The homes were decorated with furnishings that were confiscated from the homes of Jews that had been sent to concentration camps. Sometimes, the women in the homes were encouraged to sing communal songs, watch Nazi propaganda films, or attend ideological lectures. This was all done with the aim, according to one historian, “to make the women into even better Nazis than they were when they arrived.”

Children born on Himmler’s birthday were given special gifts. At birth, they received a candlestick, and on every birthday, a gift of one mark was put into their savings account. One mother, Käthe Sayrl, took the time to write a letter to Himmler. She wrote, “Thank you for your good wishes on the birth of my third Lebensborn child. The candlestick for little Helga has arrived safely, also the six bottles of Vitaborn juice. Please express my gratitude … from me and my husband. I enclose a picture taken at Christmas of three contented little girls—Gisela (October 1940), Dietlind (May 1942), and Helga (October 1943) … Everyone realizes what a marvelous thing I have done, because in the course of this war, people have come to understand that you can’t offer anything more worthwhile than a whole brood of children … total war has only one response today—everything must be done for victory.”

The Lebensborn program also acted as a sort of brothel that encouraged sex between SS men and suitable Aryan women, such as Hildegard Koch, to create “racially valuable” offspring. According to Himmler’s physical therapist, Felix Kersten, Himmler told him in 1943, “I have made it known privately that any unmarried woman who is alone and longs for a child can turn to Lebensborn with perfect confidence. I would sponsor the child and provide for its education. I know this is a revolutionary step, because according to the existing middle-class code an unmarried woman has no right to yearn for a child…Yet she often cannot find the right man or cannot marry because of her work, though her wish for a child is compelling. I have therefore created the possibility for such women to have the child they crave. As you can imagine, we recommend only racially faultless men as ‘conception assistants.’”

Possessing blond hair and blue eyes, the very features the SS was after, Koch was a perfect candidate for Lebensborn. She volunteered enthusiastically. As with other candidates, she was carefully screened through a series of medical tests and background checks. Any case of hereditary disease, mental illness, or any hint of Jewish ancestry would have disqualified her. Given the seal of approval, Koch was taken to a castle near Tegernsee in Bavaria. She later said, “There were about 40 girls all about my own age. No one knew anyone else’s name, no one knew where we came from … We had to sign an undertaking renouncing all claims to the children we would have there, as they would be needed by the state and would be taken to special houses and settlements” to be raised.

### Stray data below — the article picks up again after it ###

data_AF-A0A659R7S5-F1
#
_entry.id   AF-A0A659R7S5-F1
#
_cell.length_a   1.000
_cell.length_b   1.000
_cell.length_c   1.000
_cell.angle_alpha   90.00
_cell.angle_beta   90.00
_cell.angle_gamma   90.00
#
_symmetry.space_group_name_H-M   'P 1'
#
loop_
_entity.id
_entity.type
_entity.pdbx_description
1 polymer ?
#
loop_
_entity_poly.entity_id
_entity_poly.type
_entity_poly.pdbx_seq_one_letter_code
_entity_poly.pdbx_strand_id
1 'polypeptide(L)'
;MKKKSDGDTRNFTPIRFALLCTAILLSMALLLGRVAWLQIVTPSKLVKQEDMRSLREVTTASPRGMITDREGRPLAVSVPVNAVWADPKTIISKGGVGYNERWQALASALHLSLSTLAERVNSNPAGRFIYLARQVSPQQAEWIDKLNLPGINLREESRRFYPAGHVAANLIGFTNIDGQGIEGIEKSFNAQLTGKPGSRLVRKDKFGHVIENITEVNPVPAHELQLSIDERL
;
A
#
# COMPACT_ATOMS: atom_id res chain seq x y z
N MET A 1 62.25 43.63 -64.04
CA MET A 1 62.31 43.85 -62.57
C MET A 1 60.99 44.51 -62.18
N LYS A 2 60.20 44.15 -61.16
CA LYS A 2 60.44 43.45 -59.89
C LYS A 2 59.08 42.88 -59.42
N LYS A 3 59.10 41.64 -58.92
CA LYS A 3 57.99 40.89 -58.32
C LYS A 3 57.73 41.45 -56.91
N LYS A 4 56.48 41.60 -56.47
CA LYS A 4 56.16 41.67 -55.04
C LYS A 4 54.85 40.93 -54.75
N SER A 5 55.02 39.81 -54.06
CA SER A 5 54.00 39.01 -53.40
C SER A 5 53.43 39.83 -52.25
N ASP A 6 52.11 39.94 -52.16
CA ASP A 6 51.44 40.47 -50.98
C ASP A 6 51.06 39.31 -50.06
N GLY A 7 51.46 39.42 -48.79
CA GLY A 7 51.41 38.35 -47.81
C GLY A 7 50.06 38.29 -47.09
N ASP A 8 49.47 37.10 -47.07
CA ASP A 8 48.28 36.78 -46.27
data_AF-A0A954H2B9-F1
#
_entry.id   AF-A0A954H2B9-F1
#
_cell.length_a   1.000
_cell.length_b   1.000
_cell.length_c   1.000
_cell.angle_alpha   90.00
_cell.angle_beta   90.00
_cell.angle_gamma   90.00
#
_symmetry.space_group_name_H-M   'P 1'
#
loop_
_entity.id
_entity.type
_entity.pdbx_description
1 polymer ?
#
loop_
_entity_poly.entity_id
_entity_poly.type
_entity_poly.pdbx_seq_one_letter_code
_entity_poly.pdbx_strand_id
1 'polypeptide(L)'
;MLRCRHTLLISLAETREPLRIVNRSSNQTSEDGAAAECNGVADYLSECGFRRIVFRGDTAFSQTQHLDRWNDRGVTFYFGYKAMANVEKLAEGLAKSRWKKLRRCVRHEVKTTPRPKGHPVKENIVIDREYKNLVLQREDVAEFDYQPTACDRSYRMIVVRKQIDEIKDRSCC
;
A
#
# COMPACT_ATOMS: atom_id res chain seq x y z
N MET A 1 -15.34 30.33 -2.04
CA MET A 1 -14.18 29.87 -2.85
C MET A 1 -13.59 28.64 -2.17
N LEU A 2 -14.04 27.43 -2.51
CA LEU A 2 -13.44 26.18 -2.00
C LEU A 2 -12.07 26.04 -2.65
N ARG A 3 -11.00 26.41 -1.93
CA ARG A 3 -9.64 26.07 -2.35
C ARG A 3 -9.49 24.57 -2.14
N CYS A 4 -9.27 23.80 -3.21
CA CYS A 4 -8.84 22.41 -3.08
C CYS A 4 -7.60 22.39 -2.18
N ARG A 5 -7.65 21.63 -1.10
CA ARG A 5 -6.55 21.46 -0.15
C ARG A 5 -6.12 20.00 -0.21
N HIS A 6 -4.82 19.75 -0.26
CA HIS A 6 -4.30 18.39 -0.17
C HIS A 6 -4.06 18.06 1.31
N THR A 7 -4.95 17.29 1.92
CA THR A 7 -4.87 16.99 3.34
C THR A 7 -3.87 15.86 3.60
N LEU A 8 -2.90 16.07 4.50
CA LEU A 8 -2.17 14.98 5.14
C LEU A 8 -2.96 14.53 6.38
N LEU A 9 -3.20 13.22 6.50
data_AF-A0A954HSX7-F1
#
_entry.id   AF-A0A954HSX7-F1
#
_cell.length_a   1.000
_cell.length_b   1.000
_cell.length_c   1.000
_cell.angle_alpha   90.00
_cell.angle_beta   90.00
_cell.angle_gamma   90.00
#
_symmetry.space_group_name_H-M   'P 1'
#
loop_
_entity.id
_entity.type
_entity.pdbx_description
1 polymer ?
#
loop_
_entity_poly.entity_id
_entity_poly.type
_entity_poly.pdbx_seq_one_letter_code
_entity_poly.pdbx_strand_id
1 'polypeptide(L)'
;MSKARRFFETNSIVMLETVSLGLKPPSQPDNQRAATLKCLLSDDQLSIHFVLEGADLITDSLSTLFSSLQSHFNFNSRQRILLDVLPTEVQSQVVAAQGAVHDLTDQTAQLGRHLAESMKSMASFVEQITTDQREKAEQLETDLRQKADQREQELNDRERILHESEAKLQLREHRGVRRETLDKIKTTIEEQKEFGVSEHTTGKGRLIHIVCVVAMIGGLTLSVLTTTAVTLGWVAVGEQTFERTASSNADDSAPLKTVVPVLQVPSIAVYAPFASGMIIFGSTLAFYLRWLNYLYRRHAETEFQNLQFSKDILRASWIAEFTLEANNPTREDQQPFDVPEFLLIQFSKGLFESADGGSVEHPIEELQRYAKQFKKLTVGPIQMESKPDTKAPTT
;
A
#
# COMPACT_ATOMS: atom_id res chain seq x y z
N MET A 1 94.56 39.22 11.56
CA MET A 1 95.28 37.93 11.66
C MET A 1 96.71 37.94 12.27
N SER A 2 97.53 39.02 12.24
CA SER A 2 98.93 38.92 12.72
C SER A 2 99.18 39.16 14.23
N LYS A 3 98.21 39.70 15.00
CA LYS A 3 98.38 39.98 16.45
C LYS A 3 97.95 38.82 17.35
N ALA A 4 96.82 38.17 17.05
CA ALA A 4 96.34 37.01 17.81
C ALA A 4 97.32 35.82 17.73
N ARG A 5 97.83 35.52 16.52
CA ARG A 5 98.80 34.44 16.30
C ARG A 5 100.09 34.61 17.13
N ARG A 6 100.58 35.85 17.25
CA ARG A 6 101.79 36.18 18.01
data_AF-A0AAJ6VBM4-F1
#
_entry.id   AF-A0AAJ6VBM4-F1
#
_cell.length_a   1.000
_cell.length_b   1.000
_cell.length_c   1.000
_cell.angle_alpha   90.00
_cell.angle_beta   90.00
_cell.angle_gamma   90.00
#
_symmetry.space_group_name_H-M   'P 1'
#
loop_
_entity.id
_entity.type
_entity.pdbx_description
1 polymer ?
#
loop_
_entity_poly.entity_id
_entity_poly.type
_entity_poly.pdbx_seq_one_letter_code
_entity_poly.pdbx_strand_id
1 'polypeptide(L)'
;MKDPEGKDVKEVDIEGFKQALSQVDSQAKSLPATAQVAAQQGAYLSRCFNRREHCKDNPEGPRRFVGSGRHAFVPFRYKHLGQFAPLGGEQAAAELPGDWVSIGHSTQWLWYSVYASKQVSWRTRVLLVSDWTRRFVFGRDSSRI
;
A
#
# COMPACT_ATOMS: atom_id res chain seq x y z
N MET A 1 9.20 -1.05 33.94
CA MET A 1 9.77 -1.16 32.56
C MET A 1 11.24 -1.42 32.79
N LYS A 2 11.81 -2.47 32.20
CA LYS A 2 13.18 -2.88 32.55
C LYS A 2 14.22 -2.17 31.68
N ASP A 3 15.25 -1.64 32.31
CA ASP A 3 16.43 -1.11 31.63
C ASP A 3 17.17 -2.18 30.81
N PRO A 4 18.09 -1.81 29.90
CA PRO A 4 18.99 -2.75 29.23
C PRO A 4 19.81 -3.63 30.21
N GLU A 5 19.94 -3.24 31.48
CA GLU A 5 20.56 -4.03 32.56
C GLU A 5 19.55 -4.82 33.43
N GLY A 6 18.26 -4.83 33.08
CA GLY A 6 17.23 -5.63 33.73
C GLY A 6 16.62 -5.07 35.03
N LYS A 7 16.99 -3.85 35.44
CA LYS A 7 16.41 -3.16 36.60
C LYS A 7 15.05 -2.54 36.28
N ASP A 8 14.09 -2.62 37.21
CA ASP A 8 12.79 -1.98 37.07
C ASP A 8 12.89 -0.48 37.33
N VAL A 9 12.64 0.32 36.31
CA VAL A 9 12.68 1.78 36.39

During the ‘baptism’ of a Lebensborn baby in Nazi Germany, the mother holds the infant while the father is to the right. SS soldiers look on during the ceremony, which takes place before a Swastika emblazoned altar of sorts.
During the ‘baptism’ of a Lebensborn baby in Nazi Germany, the mother holds the infant while the father is to the right. SS soldiers look on during the ceremony, which takes place before a Swastika emblazoned altar of sorts.

At the castle, she was introduced to many blond-haired, blue-eyed SS officers. The SS officers may already have been married, but this was irrelevant. They were given leave from the fighting at the front to go to Lebensborn homes and do their “duty” for the Fatherland. Koch explained what happened next to author Louis Hagen. “They were all very tall and strong with blue eyes and blond hair … We were given about a week to pick the man we liked and we were told to see to it that his hair and eyes corresponded exactly to ours. We were not told the names of any of the men. When we had made our choice, we had to wait until the tenth day after the beginning of the last period, when we were again medically examined and given permission to receive the SS men in our rooms at night … He was a sweet boy, he had smashing looks. He slept with me for three evenings in one week … As both the father of my child and I believed in the importance of what we were doing, we had no shame or inhibitions of any kind … The other nights he had to do his duty with another girl.”